Smegma, formed by several important personalities from Los Angeles Free Music Society (at beginning they was Rick Stewart, Allen Lloyd, Brad Hostetler, Dennis Mehaffey, Amy De Wolfe and a member called “Cheesebro“), takes its name by a joke of words between Magma, the historical French progressive group (their elastic sonorities anticipate, in any way, many of the sonic weirdness to come), and the the execrations of genitalia with that name. Indeed, the mix between plastic and dilated experimentalism, and a slimy musical mocking are the principal elements in their poetry. The group, whose sound develops in Portland, was in the name of a free freak sound with a break up or mixing between more conservative prog and punk cultures, realizing or anticipating the exp corpus of post-punk spectrum (it includes post-punk music in a proper sense, heterodox hardcore punk, and ’80 American indie rock). After the free-jazzish feeling which characterized “Glamour Girl, 1941” (1979), Smegma are oriented toward a further outsider attitude, proto-noise with that literal meaning. “Pigs For Lepers”, their second album, has an idiosyncratic sound which is nearer to harsh noise creativity, but through a freak/free jazz workmanship. There are elements of the past, and newest ones in a more abstract way, where analog playing mixed with an intense freely improvisational attitude. Indeed this creative concept could be associated with the following pop-plastic avantgarde which was born and developed since ’90 years.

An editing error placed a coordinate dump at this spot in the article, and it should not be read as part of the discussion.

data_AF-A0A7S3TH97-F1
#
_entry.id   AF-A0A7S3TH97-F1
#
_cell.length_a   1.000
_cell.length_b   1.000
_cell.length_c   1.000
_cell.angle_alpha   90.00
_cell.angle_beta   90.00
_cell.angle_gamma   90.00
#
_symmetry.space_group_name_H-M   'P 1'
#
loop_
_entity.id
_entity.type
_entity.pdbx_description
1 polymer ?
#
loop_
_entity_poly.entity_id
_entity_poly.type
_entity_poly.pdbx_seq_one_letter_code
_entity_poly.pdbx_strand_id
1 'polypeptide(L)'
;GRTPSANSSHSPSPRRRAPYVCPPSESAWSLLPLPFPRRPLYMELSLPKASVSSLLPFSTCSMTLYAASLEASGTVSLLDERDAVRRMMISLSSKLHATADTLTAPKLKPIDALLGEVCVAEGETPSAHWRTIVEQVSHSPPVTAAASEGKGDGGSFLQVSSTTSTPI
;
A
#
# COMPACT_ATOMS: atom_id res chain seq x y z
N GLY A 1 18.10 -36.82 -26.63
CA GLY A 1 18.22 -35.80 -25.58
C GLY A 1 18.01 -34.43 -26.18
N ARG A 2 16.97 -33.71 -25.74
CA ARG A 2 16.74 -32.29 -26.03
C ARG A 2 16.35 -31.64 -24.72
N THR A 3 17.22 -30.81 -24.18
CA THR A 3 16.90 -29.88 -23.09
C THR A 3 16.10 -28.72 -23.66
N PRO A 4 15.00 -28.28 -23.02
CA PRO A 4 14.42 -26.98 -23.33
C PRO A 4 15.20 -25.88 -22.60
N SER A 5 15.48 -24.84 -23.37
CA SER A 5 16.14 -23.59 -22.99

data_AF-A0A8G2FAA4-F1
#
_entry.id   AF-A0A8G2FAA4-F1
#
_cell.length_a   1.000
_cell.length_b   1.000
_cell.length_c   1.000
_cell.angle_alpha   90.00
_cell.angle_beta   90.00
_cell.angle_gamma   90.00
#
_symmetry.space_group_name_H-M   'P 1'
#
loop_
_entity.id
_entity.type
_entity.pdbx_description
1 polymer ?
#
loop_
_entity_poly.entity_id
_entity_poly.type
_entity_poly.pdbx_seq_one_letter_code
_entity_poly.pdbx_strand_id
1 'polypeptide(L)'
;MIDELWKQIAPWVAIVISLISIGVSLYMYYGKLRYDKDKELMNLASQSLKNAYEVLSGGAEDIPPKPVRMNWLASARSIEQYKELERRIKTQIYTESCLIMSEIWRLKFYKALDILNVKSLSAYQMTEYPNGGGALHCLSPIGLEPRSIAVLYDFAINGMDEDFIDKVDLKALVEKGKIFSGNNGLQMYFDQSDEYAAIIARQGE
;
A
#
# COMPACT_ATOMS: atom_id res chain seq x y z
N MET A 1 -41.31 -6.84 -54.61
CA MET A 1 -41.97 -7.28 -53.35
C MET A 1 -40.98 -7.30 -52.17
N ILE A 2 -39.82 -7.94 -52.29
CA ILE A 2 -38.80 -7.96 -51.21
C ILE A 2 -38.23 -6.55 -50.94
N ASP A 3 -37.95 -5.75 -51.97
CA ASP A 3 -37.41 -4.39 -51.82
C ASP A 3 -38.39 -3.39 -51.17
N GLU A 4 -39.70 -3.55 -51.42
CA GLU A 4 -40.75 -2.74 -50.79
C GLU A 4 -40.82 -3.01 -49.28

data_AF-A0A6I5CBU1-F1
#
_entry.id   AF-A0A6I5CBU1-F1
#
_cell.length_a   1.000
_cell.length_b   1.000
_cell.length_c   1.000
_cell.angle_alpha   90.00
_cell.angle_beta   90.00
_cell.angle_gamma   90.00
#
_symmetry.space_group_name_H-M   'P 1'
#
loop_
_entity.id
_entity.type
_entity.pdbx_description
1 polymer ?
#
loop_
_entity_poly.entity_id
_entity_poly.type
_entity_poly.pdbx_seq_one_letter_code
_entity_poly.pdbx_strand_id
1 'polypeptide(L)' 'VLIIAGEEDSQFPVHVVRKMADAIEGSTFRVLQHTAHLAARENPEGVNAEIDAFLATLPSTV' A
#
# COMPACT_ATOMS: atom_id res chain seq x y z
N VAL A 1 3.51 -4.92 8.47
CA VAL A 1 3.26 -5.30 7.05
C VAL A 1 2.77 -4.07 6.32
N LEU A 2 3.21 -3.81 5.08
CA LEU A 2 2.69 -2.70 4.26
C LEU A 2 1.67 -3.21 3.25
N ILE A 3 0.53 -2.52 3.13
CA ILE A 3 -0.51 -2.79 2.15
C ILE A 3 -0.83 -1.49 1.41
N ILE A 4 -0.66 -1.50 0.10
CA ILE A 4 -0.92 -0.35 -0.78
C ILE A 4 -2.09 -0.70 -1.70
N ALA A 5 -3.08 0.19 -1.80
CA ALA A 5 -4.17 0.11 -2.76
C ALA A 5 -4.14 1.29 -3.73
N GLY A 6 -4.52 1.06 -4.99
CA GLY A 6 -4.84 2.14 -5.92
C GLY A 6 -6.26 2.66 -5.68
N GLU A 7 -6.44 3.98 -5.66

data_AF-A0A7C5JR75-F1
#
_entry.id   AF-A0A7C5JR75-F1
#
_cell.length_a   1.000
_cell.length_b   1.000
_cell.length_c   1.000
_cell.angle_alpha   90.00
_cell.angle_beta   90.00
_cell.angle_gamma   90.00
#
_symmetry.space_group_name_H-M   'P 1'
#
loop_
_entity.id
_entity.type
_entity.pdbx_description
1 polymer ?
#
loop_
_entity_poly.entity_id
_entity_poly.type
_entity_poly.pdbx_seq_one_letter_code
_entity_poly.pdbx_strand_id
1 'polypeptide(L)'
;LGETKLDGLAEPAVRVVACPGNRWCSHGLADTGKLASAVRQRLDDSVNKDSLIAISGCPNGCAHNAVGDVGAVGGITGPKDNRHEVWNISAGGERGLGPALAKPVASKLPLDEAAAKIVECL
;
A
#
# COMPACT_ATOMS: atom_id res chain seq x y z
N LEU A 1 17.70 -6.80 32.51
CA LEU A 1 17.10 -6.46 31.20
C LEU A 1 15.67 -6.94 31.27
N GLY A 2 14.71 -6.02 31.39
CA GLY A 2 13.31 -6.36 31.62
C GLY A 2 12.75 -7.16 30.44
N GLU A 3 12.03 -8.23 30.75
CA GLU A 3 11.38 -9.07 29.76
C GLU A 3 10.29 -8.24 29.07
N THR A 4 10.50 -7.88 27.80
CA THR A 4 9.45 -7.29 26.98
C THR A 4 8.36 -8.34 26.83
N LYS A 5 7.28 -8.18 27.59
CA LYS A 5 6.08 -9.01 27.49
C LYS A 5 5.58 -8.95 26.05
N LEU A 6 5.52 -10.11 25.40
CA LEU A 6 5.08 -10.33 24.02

A general interest for Smegma happened in 2003-’05, when several Smegma releases was produced and re-published: a CD edition of “Pigs For Lepers” for Harbinger Sound; a CD upgrade of “Live 1991-93” (previously only in cassettes); a split with Steve Mackay titled “Thirty Years Of Service“. And two other releases which are related to Wolf Eyes (heavy dark noiser from Ann Arbor) world. Wolf Eyes is a trio (initially it was a duo), and that time (2003) was formed by Aaron Dilloway, John Olson and Nate Young, and those years signed in them a most well-structured music, in every way, immersed in an industrial landscape which is translated in intense claustrophobic sonorities. Indeed, Wolf Eyes’ sound navigates in devilish noise music with a dark, evil flexity, where a plastic creativity takes a tentacular form, giving anxious feelings. A first exemple was “Burned Mind“, released in 2004 by Sub Pop, which was characterized by an involvement operation of many bands and artists from noise context; in this record a cheap electronics encounters crepuscular feedback of piezo microphone. Indeed, we can say this music (similarly to the general Wolf Eyes music poetry) is an atmospheric music with obscure tones, playing with exacerbating rhythmic patterns and a grandguignolesque sonic nature reproduced by that more ethereal melodic lines. Talking about the “Burned Mind” tracklist, if Dead In A Boat suspends the moment with a consistent wall of sound, in Stabbed In The Face we can glimpse some lines of a heterodox, hellish techno, but absolutely not in an urban way. We can hear, to this last, lysergic sonorities which recalls an insane, crazed, aleatory and naturalistic sound, found in the deep structure of human genotype.